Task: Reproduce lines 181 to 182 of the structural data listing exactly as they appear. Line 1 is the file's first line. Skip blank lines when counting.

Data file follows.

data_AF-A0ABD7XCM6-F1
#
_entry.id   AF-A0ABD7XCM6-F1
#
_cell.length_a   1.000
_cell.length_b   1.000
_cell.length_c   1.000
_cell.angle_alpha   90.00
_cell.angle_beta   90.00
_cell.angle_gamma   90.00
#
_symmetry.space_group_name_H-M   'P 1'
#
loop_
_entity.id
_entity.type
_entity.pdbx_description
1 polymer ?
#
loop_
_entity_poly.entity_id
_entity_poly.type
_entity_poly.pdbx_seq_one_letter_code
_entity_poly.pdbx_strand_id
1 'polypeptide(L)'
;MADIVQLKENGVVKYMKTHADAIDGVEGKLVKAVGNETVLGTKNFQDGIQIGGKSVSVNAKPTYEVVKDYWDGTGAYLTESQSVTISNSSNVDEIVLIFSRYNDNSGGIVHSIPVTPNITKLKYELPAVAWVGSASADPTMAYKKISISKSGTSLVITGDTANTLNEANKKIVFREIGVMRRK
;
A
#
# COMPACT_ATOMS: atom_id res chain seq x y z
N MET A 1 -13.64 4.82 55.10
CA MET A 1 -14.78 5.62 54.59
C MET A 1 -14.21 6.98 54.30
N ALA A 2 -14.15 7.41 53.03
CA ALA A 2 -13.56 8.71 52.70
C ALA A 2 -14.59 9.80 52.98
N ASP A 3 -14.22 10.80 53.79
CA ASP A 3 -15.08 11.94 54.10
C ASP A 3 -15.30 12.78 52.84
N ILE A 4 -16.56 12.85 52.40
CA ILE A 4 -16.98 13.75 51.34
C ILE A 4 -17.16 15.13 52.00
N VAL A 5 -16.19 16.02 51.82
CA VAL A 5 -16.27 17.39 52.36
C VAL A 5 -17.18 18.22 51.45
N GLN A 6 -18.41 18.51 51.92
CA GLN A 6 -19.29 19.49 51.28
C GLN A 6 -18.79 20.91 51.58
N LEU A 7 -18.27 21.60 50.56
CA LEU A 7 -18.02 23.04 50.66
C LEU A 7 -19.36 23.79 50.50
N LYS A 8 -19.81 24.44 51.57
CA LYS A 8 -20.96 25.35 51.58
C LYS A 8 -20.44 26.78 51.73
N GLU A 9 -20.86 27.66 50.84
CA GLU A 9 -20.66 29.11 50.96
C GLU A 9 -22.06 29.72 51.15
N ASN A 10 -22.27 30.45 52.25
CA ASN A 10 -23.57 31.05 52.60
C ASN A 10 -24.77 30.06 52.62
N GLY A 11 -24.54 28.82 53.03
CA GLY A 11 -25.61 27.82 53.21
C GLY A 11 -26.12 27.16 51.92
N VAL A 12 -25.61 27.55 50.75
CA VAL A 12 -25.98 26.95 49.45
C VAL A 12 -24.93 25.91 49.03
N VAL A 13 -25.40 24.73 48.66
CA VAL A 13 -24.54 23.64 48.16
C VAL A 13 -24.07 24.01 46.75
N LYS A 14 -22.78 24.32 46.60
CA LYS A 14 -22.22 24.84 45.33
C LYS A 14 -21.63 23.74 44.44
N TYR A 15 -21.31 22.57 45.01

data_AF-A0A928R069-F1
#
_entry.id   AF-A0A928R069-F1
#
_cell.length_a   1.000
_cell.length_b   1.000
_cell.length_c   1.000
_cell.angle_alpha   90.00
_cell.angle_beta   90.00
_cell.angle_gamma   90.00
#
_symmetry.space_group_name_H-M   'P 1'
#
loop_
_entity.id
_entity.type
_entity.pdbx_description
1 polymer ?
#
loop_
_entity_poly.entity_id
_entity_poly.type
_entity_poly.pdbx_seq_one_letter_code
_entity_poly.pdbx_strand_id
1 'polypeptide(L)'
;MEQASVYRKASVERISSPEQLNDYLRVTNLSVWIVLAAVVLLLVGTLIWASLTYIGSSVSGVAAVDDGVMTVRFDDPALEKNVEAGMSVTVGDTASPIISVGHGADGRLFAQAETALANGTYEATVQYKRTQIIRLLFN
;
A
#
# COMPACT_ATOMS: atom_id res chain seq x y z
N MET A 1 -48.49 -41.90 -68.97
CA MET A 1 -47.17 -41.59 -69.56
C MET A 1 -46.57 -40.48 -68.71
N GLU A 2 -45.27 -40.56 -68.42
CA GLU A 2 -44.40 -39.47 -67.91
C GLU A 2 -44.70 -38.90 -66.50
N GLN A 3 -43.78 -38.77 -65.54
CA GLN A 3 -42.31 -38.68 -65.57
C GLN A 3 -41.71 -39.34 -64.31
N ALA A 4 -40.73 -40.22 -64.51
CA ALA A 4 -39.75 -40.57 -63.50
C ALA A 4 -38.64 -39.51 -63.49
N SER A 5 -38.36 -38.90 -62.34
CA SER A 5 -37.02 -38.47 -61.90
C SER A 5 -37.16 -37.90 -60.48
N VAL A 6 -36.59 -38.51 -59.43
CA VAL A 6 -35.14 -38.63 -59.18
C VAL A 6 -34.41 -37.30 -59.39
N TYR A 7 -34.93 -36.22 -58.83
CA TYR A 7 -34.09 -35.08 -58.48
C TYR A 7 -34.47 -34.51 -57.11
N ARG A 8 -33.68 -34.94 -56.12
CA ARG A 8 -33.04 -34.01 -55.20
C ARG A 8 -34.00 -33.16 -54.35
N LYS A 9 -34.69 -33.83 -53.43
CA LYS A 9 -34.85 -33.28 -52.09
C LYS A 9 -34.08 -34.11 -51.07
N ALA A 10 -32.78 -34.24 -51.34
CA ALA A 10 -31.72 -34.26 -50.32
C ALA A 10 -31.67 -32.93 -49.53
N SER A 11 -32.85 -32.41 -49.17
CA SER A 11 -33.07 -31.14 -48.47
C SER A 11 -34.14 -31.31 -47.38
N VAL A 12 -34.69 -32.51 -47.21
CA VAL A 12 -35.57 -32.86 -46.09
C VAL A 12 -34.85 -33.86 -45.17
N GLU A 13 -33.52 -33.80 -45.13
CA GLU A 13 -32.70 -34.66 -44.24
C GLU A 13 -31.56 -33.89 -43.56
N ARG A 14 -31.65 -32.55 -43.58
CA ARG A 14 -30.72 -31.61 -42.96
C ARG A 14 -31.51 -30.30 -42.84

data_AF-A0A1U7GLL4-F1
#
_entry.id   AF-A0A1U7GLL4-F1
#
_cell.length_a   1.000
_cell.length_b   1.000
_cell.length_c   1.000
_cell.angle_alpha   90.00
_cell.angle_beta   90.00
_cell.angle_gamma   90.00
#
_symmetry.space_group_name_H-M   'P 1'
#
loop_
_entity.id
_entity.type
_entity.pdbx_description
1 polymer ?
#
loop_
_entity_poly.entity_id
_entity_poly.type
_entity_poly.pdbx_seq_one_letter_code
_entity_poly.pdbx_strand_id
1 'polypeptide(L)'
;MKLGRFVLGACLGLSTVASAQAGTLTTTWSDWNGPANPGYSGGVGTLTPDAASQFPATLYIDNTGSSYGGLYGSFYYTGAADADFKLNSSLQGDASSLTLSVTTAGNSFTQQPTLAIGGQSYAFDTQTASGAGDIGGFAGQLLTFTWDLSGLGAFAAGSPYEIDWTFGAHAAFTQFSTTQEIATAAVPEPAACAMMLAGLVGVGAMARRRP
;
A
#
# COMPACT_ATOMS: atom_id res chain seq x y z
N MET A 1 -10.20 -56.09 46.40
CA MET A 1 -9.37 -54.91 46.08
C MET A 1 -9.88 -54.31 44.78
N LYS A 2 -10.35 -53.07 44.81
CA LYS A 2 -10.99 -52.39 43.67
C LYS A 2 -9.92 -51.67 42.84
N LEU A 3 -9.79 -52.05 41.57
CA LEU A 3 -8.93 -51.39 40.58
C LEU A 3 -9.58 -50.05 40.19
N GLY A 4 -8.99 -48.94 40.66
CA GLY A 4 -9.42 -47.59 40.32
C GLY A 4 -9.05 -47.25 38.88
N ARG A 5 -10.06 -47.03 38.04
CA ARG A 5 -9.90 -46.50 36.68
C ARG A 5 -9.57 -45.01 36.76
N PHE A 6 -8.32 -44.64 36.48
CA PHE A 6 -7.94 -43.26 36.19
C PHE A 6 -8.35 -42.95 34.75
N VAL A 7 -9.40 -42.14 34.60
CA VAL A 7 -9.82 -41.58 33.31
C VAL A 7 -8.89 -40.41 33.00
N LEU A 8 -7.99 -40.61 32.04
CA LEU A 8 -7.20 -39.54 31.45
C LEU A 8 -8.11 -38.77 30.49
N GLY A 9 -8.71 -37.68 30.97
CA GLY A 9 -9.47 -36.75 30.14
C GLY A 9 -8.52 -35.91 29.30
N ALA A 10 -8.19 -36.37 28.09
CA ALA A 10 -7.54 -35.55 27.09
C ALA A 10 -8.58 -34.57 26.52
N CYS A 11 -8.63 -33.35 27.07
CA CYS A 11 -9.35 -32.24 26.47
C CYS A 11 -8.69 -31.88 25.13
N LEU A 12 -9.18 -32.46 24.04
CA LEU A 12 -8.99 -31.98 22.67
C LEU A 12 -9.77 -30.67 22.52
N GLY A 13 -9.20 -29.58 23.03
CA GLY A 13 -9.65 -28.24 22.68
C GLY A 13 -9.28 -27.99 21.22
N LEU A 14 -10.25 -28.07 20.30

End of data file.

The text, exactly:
C LYS A 2 -9.92 -51.67 42.84
N LEU A 3 -9.79 -52.05 41.57